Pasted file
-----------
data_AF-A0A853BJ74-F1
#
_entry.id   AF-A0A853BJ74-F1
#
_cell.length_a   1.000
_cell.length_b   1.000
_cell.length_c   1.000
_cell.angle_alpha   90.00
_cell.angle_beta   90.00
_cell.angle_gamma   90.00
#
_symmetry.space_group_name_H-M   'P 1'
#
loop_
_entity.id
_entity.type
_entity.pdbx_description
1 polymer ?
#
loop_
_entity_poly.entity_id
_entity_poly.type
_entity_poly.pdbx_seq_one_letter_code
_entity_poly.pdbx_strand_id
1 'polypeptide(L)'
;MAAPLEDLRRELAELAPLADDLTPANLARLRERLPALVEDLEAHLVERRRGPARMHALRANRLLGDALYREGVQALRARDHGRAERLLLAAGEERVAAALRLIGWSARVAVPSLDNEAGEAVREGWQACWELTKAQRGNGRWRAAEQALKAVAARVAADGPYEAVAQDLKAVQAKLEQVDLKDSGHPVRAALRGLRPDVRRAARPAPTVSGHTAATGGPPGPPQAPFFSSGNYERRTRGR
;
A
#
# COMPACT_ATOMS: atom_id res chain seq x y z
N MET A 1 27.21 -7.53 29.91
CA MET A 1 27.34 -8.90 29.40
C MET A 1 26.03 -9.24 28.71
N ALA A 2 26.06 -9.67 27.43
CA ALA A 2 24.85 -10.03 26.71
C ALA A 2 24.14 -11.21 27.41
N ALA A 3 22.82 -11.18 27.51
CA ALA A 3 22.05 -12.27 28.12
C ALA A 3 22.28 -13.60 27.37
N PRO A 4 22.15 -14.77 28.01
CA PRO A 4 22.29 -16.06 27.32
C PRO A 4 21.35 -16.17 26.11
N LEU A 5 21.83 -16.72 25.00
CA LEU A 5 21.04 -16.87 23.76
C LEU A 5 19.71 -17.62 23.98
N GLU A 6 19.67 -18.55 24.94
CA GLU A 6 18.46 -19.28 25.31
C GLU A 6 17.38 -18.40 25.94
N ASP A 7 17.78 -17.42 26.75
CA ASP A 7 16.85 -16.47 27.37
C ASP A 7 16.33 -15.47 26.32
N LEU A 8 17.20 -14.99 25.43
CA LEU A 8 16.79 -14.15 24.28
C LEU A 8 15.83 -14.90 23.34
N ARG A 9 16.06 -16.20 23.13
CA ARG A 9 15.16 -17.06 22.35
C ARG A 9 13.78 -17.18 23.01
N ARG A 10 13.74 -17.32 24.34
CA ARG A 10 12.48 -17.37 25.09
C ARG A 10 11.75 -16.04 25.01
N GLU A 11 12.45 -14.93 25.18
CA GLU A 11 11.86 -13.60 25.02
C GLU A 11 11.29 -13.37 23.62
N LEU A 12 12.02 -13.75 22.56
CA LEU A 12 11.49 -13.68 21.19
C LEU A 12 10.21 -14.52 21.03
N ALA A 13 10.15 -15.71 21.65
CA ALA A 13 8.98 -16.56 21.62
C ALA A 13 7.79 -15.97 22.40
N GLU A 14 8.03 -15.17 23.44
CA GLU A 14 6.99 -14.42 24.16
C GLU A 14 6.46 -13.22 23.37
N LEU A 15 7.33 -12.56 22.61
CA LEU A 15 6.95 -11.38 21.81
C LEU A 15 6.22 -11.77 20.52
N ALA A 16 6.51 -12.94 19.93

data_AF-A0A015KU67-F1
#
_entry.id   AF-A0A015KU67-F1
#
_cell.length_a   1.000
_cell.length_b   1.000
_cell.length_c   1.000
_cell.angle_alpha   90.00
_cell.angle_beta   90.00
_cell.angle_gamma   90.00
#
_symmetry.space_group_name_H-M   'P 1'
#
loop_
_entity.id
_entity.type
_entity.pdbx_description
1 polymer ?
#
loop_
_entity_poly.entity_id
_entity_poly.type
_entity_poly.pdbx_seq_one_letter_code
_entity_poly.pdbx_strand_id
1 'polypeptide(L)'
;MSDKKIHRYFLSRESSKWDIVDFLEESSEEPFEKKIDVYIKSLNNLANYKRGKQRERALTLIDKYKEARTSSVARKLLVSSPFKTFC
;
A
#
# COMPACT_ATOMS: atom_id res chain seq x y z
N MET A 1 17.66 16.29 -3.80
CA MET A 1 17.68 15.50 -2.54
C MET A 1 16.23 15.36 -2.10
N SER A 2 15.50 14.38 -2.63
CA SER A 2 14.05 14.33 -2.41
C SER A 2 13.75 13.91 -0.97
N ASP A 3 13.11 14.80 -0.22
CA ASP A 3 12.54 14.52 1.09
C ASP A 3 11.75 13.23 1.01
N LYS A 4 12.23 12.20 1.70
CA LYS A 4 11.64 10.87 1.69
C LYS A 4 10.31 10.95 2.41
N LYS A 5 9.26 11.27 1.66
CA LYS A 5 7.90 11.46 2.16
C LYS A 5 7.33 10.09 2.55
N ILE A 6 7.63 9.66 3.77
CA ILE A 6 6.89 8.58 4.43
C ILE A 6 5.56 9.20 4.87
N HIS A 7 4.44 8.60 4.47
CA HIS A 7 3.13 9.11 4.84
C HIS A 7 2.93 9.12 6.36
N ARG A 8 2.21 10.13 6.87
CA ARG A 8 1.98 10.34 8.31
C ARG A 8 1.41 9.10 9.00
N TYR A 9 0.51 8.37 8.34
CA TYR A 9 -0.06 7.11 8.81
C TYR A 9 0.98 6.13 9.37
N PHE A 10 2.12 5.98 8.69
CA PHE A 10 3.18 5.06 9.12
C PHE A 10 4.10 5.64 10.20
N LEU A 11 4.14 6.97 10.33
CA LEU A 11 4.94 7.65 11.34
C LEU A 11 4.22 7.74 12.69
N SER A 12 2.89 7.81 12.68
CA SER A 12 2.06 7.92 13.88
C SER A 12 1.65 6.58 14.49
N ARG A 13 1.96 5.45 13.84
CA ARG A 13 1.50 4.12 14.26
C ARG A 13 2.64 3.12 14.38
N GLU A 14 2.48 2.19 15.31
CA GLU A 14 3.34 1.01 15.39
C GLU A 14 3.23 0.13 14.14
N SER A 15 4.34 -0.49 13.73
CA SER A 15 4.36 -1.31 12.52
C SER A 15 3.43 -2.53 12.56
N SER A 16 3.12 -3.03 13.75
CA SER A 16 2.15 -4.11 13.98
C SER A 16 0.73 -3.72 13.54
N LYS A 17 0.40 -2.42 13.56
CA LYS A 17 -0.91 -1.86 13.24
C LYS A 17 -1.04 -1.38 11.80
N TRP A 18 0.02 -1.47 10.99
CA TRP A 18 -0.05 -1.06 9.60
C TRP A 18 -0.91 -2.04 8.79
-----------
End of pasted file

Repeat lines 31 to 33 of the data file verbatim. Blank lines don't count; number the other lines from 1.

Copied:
N MET A 1 27.21 -7.53 29.91
CA MET A 1 27.34 -8.90 29.40
C MET A 1 26.03 -9.24 28.71